The Nutrition iQ program comes as research shows that consumers are having difficulty making sense of nutrition guidelines and are looking for an easier way to make informed food choices for better health. For example, approximately three-in-five consumers think diet and nutrition are very important, yet more than half say they need practical tips to help them eat right and 41% don’t know or understand nutrition guidelines, according to the American Dietetic Association.
The Nutrition iQ program uses easy-to-see, color-coded shelf tags – hung just below an item’s price tag – to help consumers quickly identify healthier food choices for themselves and their families.
“Cub Foods is committed to helping its customers lead healthy lifestyles. With more than 60,000 items on our grocery store shelves, it can take considerable time to read and compare nutrition labels. The Nutrition iQ program provides a convenient way for consumers to evaluate food choices on the spot as they shop,” said Chuck Lynch, SVP operations at Cub Foods.
“Poor food choices contribute to many health problems, including obesity and heart disease,” said Nora Saul, M.S., R.D., C.D.E., nutrition services manager, Joslin Clinic. “We’re pleased to have been able to contribute our nutritional expertise to a program that offers people a way to make healthy eating choices.”
Cub Foods is the second of Supervalu’s nationwide family of grocery stores to receive the Nutrition iQ program, which initially launched in January 2009 at the company’s Albertsons banner. Preliminary data from Albertsons suggest that the program has helped steer consumers to purchase better-for-you foods. Supervalu will roll out the program to its other stores, including Acme in Philadelphia, bigg’s in Cincinnati, Farm Fresh in Virginia, Hornbacher’s in Fargo, Jewel-Osco in Chicago, Shaw’s/Star Market in New England, Shop ‘n Save in St. Louis and Shoppers Food & Pharmacy in Washington, D.C. and Baltimore, this year.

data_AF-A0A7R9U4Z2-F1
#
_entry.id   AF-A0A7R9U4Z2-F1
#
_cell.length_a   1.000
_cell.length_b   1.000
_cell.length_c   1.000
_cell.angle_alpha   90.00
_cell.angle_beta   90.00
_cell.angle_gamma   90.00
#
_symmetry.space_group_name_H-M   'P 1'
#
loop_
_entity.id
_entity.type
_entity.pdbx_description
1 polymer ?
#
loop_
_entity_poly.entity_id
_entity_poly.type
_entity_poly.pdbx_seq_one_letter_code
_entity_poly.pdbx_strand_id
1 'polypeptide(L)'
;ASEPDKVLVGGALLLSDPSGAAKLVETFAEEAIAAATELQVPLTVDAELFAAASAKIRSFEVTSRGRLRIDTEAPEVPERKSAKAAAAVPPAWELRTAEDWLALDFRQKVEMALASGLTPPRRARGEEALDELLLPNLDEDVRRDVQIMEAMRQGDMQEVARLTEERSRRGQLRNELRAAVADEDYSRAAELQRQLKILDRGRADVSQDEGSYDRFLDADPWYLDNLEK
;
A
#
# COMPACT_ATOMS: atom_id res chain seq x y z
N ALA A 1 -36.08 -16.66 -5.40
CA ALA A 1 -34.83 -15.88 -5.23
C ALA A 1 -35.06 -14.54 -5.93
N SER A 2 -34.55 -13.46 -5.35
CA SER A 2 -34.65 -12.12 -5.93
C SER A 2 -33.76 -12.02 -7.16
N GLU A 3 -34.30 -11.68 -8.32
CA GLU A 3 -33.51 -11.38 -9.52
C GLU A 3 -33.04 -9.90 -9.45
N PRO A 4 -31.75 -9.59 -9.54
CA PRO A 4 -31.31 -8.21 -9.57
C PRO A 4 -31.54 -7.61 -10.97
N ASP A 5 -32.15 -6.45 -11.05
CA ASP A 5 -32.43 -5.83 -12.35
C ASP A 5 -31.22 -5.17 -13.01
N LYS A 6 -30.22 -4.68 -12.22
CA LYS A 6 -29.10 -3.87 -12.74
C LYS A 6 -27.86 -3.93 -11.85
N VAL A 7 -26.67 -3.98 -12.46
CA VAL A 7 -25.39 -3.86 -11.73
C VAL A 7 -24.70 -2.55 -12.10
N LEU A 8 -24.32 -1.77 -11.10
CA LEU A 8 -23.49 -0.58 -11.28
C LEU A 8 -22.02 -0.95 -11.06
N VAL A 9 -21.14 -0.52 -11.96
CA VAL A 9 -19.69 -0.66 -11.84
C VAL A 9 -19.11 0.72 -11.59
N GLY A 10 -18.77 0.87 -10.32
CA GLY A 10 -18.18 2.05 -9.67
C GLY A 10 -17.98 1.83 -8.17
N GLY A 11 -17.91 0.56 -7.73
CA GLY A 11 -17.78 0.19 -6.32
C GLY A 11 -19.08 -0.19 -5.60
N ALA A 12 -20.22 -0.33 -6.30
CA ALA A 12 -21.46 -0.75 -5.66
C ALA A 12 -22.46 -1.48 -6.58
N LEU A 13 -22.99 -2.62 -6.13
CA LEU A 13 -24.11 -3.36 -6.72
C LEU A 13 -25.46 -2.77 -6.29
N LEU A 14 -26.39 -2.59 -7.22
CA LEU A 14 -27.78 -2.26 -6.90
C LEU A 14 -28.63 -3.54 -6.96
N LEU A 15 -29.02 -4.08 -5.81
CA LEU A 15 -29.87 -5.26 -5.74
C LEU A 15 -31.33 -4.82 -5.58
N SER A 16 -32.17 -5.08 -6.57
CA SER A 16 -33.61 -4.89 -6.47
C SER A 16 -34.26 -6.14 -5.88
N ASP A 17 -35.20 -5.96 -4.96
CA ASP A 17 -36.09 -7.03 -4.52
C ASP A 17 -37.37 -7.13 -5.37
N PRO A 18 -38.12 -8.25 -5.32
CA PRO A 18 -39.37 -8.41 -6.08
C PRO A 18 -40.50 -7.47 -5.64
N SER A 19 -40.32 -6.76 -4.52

CVS Caremark Charitable Trust invests grant to Easter Seals
CHICAGO The CVS Caremark Charitable Trust has invested a $300,000 grant to Easter Seals’ autism services for young children nationwide, CVS Caremark announced on Tuesday.
The grant, made possible through the CVS Caremark All Kids Can Program, enhances nearly $6 million already provided to Easter Seals through the All Kids Can Program in which Easter Seals is a national partner.
“CVS Caremark is committed to helping improve the quality of life for children with autism through this grant,” stated Eileen Howard Dunn, SVP corporate communications and community relations for CVS Caremark. “By supporting Easter Seals in enhancing evidence-based therapies, our reach can impact families living with autism now and those who many be diagnosed in the future.”
As many as one-out-of-150 children is diagnosed with autism, and the need for treatments continues to grow exponentially. Getting the right support at the earliest stage in life is critical. Known as early intervention, this type of service gives children the skills they need to be successful, stated CVS Caremark.
Established in 2006, the CVS Caremark All Kids Can Program selected Easter Seals as a national partner in the five-year, $25 million initiative to support children with diabilities.